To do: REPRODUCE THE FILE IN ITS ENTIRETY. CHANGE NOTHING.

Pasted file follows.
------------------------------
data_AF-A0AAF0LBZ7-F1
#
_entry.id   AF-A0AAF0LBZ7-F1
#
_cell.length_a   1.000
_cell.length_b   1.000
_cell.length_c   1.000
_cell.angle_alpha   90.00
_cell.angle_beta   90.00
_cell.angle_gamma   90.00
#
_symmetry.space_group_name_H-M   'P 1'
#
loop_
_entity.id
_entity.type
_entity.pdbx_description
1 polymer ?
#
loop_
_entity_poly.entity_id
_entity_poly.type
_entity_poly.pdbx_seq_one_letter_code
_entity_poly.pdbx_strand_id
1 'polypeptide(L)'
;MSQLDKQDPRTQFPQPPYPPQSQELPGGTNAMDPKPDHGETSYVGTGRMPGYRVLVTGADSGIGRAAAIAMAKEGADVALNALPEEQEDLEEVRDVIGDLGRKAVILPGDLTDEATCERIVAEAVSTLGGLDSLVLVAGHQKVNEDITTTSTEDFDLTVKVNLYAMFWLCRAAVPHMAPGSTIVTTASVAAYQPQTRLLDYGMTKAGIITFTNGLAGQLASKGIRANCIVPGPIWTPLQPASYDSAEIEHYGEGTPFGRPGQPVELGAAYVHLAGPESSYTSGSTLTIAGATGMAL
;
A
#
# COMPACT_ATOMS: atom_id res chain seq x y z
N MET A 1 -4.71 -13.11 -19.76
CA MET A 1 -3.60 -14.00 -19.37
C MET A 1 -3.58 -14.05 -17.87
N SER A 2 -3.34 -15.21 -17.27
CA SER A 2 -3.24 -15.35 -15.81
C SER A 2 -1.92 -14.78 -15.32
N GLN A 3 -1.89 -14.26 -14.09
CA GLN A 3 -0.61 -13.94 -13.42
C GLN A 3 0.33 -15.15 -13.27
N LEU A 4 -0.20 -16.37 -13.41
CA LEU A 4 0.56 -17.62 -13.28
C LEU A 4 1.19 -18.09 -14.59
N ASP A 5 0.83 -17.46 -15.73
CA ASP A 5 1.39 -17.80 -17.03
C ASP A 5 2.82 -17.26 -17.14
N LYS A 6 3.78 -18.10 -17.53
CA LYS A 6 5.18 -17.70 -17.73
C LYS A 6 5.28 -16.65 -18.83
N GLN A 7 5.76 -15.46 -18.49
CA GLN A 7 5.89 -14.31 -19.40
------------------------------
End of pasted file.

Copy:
data_AF-A0AAF0LBZ7-F1
#
_entry.id   AF-A0AAF0LBZ7-F1
#
_cell.length_a   1.000
_cell.length_b   1.000
_cell.length_c   1.000
_cell.angle_alpha   90.00
_cell.angle_beta   90.00
_cell.angle_gamma   90.00
#
_symmetry.space_group_name_H-M   'P 1'
#
loop_
_entity.id
_entity.type
_entity.pdbx_description
1 polymer ?
#
loop_
_entity_poly.entity_id
_entity_poly.type
_entity_poly.pdbx_seq_one_letter_code
_entity_poly.pdbx_strand_id
1 'polypeptide(L)'
;MSQLDKQDPRTQFPQPPYPPQSQELPGGTNAMDPKPDHGETSYVGTGRMPGYRVLVTGADSGIGRAAAIAMAKEGADVALNALPEEQEDLEEVRDVIGDLGRKAVILPGDLTDEATCERIVAEAVSTLGGLDSLVLVAGHQKVNEDITTTSTEDFDLTVKVNLYAMFWLCRAAVPHMAPGSTIVTTASVAAYQPQTRLLDYGMTKAGIITFTNGLAGQLASKGIRANCIVPGPIWTPLQPASYDSAEIEHYGEGTPFGRPGQPVELGAAYVHLAGPESSYTSGSTLTIAGATGMAL
;
A
#
# COMPACT_ATOMS: atom_id res chain seq x y z
N MET A 1 -4.71 -13.11 -19.76
CA MET A 1 -3.60 -14.00 -19.37
C MET A 1 -3.58 -14.05 -17.87
N SER A 2 -3.34 -15.21 -17.27
CA SER A 2 -3.24 -15.35 -15.81
C SER A 2 -1.92 -14.78 -15.32
N GLN A 3 -1.89 -14.26 -14.09
CA GLN A 3 -0.61 -13.94 -13.42
C GLN A 3 0.33 -15.15 -13.27
N LEU A 4 -0.20 -16.37 -13.41
CA LEU A 4 0.56 -17.62 -13.28
C LEU A 4 1.19 -18.09 -14.59
N ASP A 5 0.83 -17.46 -15.73
CA ASP A 5 1.39 -17.80 -17.03
C ASP A 5 2.82 -17.26 -17.14
N LYS A 6 3.78 -18.10 -17.53
CA LYS A 6 5.18 -17.70 -17.73
C LYS A 6 5.28 -16.65 -18.83
N GLN A 7 5.76 -15.46 -18.49
CA GLN A 7 5.89 -14.31 -19.40